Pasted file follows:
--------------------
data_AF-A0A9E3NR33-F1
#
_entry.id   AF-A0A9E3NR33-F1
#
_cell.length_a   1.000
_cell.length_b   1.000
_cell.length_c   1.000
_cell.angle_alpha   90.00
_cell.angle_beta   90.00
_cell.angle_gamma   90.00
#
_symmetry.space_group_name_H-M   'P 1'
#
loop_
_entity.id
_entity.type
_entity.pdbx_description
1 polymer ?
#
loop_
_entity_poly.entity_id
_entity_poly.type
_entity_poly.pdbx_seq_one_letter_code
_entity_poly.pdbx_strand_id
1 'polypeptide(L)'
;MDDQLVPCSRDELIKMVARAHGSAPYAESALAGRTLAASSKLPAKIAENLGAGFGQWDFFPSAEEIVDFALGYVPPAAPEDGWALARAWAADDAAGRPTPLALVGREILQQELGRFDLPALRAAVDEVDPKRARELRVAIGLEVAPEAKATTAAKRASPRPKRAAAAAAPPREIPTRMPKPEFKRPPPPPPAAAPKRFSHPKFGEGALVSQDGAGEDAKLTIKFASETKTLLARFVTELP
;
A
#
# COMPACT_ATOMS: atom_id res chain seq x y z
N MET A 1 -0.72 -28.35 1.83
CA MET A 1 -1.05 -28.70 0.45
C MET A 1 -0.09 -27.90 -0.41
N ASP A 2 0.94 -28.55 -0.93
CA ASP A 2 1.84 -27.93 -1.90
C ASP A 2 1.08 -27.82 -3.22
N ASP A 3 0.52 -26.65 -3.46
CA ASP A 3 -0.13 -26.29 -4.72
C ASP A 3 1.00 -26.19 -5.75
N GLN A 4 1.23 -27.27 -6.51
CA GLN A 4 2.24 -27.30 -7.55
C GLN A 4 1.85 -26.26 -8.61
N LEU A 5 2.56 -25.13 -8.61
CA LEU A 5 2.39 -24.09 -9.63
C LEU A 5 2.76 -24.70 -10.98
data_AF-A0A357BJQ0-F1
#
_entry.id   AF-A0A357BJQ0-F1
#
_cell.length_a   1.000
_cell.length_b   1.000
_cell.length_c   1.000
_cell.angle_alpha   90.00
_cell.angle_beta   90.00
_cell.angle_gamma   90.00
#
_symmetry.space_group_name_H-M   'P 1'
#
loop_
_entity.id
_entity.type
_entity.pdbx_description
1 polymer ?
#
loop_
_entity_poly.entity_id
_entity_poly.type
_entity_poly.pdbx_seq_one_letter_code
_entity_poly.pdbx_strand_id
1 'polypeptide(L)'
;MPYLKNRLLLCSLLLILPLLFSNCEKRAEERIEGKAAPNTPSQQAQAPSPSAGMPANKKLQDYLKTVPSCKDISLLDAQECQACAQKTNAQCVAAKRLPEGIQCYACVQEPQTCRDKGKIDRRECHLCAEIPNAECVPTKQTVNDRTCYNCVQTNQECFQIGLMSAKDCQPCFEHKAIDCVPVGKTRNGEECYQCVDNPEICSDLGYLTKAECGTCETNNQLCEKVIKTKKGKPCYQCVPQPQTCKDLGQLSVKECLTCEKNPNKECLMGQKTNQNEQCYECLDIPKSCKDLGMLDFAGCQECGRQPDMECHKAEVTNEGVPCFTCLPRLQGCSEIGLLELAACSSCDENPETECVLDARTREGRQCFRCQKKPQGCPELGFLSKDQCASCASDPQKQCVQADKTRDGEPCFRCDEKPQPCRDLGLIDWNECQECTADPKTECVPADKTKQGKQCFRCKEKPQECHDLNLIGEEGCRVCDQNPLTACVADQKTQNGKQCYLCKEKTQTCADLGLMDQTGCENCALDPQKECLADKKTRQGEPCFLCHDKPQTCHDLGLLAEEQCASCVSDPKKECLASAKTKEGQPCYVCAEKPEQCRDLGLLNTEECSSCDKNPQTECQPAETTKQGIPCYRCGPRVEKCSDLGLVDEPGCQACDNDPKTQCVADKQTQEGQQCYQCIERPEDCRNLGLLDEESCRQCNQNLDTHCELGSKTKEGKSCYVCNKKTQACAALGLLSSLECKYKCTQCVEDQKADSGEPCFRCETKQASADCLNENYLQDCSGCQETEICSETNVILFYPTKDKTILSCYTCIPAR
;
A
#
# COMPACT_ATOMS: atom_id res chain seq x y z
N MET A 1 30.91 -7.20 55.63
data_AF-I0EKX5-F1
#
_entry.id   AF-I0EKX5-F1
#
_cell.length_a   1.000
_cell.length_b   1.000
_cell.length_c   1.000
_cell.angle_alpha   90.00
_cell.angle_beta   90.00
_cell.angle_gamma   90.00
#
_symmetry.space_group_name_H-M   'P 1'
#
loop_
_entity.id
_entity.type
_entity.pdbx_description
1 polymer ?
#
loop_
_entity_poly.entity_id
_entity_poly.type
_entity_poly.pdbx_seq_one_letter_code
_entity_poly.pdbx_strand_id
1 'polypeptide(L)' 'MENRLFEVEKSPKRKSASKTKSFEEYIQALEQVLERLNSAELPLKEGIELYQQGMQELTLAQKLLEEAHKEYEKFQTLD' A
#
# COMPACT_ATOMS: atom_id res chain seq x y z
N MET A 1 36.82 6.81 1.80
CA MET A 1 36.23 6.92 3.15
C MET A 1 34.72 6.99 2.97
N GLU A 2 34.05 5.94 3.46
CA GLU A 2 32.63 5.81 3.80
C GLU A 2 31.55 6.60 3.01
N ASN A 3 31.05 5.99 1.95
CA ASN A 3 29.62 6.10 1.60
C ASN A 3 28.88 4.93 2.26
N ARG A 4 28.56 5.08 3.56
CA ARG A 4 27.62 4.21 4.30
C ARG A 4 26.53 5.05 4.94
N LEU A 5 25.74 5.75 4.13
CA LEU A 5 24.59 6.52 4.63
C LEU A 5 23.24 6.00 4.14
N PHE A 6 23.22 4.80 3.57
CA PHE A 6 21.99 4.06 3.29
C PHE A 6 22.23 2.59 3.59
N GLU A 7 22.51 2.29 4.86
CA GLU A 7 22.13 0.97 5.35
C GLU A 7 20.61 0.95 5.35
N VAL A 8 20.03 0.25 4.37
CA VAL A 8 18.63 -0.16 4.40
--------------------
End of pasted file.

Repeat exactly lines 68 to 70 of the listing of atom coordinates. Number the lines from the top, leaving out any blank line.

_entity_poly.pdbx_seq_one_letter_code
_entity_poly.pdbx_strand_id
1 'polypeptide(L)'